Are we never satisfied?
On the face of things, Honda’s Geneva e prototype – a thinly veiled (95% production-ready, we are told) version of the forthcoming production Urban EV, marks not only a refreshing change from the over-decorated norm but also a satisfyingly close approximation of the car Honda showed at Frankfurt 2017 to audible gasps of pleasure from the massed cohort of auto-commentators, this non-attending scribe included.
Because if indeed this broadly represents the form the production version will take (and informed speculation suggests it does), it presents a wildly divergent face to the one Honda currently presents to the world.
We have spoken here at length regarding the stylistic depths the German carmakers have plumbed and wrung our collective hands over what it all could possibly mean, but in truth, no OEM automotive manufacturer has lost the creative run of itself as overwhelmingly as the residents of Hamamatsu. Certainly, whatever reasons there might be to sign on the dotted line at your friendly Honda dealer, a concern for matters aesthetic can confidently be discounted as being one of them.
Now is probably not the time or place to explore exactly what (apart from corporate loss of confidence on an epic scale) has brought such a state of affairs to come to pass, but one of the more pertinent questions the advent of the e prototype begs is what (if any), likely influence its calm, product design-influenced appearance is likely to have on future Hondas? On this basis, one would have to hope, rather a lot.
But leaving pure aesthetics aside for a moment, the e prototype is something of a departure for Honda. Because one or two Japanese Kei cars apart, Honda have never previously been an enthusiastic purveyor of retro. And while the nods to Honda’s past are relatively subtle, the car’s overall silhouette, its low beltline, upright A-pillar and calm surfacing seems more redolent of a 1980s tribute than the cutting edge of 2019.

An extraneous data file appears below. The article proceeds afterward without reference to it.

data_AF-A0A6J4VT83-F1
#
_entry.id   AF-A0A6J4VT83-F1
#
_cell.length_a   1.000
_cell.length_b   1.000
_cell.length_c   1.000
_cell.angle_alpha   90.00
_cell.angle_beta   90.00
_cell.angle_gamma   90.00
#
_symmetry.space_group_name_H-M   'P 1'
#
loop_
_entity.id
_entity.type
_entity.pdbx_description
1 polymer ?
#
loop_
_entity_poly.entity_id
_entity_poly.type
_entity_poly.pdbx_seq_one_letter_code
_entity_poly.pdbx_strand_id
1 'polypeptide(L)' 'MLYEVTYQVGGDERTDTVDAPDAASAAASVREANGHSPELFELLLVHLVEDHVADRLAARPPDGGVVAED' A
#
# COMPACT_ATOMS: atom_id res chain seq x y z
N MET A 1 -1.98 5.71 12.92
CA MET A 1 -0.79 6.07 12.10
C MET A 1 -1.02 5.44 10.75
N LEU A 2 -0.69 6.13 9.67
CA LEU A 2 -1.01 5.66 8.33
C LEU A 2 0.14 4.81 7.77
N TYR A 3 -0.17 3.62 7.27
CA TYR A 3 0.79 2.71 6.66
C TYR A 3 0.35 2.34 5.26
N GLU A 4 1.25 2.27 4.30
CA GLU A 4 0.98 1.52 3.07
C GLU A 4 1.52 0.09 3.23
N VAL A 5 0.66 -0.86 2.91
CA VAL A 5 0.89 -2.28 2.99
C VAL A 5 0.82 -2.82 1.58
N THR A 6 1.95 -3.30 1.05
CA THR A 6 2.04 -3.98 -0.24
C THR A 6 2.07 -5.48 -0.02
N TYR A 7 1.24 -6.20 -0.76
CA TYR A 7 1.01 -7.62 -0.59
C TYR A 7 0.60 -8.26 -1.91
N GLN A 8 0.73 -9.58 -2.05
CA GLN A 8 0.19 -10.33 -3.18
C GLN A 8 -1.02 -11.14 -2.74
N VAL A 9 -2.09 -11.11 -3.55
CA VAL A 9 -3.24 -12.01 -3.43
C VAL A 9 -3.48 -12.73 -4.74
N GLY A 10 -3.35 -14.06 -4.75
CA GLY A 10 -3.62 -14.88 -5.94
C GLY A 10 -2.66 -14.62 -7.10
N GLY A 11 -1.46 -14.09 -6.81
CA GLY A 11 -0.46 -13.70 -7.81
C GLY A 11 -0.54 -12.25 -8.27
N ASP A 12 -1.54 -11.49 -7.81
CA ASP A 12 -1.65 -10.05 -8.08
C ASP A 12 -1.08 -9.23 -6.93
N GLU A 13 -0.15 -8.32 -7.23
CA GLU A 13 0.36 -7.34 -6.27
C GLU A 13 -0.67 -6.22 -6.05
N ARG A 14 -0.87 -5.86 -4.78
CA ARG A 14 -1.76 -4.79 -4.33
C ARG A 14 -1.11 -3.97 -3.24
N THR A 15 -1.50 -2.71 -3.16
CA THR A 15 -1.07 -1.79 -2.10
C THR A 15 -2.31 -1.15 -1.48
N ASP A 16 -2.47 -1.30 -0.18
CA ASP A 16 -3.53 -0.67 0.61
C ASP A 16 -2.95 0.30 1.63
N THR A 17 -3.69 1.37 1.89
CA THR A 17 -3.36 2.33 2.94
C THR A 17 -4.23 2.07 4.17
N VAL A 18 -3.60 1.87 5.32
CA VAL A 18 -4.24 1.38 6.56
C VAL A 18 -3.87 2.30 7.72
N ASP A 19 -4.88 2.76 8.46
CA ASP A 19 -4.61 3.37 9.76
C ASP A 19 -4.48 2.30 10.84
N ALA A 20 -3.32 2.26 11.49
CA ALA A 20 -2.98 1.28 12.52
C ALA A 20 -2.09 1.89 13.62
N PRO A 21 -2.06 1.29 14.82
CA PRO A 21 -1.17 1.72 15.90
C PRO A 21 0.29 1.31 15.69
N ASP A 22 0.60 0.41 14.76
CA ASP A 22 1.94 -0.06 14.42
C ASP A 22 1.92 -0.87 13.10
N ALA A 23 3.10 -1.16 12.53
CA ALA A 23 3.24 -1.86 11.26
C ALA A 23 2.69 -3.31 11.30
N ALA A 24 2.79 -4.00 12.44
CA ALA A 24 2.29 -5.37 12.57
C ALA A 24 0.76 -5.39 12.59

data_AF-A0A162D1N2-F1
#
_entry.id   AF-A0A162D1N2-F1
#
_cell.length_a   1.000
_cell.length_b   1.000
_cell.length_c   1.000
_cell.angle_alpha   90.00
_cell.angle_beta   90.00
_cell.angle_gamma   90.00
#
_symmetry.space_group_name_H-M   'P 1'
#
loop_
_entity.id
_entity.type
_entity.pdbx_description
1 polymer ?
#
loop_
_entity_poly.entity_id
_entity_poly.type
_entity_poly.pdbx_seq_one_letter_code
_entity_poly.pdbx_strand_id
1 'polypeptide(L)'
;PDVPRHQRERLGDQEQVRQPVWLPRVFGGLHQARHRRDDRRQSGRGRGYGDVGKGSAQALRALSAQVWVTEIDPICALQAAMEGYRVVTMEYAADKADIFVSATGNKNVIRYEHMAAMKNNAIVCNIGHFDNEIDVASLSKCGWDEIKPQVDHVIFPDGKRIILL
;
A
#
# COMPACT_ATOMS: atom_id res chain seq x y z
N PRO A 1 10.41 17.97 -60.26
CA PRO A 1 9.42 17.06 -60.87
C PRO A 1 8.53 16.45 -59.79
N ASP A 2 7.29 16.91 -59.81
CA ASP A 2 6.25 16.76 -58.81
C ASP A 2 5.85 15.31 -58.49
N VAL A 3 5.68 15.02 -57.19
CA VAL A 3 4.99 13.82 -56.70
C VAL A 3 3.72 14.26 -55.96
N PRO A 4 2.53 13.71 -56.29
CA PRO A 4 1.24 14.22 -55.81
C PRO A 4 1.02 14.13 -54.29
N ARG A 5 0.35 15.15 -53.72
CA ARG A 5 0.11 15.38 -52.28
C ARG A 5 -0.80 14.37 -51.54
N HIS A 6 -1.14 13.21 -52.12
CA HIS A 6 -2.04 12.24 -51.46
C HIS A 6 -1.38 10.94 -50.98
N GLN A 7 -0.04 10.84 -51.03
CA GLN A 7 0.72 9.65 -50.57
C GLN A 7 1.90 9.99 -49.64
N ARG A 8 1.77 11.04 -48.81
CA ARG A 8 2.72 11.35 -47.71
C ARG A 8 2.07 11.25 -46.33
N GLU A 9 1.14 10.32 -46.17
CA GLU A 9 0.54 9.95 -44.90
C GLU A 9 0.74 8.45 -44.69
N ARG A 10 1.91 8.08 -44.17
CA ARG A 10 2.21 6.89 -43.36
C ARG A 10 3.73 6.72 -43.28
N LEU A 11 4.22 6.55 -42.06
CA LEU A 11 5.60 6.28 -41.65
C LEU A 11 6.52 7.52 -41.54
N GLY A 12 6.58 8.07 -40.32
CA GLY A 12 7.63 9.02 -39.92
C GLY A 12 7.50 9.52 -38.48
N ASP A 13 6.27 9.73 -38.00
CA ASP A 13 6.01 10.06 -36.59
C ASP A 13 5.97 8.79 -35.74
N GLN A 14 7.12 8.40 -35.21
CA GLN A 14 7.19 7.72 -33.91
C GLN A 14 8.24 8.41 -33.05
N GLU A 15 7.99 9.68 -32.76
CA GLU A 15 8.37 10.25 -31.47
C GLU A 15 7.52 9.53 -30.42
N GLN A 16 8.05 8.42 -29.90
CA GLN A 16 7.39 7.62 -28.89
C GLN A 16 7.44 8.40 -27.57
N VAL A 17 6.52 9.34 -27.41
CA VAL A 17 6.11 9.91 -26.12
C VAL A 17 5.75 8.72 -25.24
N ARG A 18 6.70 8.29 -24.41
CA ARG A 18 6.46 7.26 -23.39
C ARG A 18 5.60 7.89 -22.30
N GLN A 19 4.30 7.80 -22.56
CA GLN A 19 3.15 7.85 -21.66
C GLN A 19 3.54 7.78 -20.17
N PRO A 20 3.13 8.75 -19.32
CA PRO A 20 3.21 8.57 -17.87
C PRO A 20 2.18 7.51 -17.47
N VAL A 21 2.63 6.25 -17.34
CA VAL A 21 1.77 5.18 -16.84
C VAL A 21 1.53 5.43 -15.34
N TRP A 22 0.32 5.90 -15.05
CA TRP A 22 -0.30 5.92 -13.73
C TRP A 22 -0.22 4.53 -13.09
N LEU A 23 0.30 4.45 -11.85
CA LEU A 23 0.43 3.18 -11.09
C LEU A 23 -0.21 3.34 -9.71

Now it is equally possible (and something that has already been posited upon these pages), that Honda are simply in step with a burgeoning trend away from the mono-volume forms which dominated small car design for decades, back towards a more lineal silhouette. And if indeed this is so, one does wonder if this (despite our early enthusiasm for the concept) is how we would ideally wish the future to look?
Assuming that Honda’s customer data is similar to that of PSA’s, it would appear that buyers of electric cars no longer wish their vehicles to shout about their technical otherness. Nevertheless, this doesn’t necessarily explain Honda’s decision to follow this decidedly Gattica-esque aesthetic.
But not only is the e prototype a creative departure for Honda, it also appears to be a departure in marketing and positioning terms. “A low price is not always a guarantee of success, “the programme’s project manager, Kohei Hitomi told Autocar this week, citing Apple’s electronic devices, which command high prices by dint of their slick design aesthetic. “We believe it is the same for the electric vehicle,” he asserted.
Perhaps, but is the car-buying public ready to pay a premium for a Honda badged EV, no matter however finely wrought? The plan is allegedly to build the production version in Japan (where Honda is increasingly retrenching towards, it seems), before going on sale both in the home market and ‘selected European markets’ later this year, with others ‘following later’.
However, despite the suggestion that the production model will give rise to a family of visually and technically related electric-drive models, the volumes Honda are suggesting makes it rather difficult to imagine what sort of return they are likely to expect.
Perhaps we expect too much. With so much invested in combustion engined formats and in Honda’s case, fuel cells, changing direction when customer preference remains so unquantifiable must be an extremely difficult (and from a boardroom perspective), potentially terrifying prospect.
Memories and reputations die hard, so despite the fact that Honda’s technical and creative heyday lies a good thirty years behind them, we perhaps still expect a lot from Hamamatsu. Which may go some way to explaining why the e prototype (as is) strikes this commentator as being on one hand, pleasingly unsullied yet on the other, slightly underwhelming.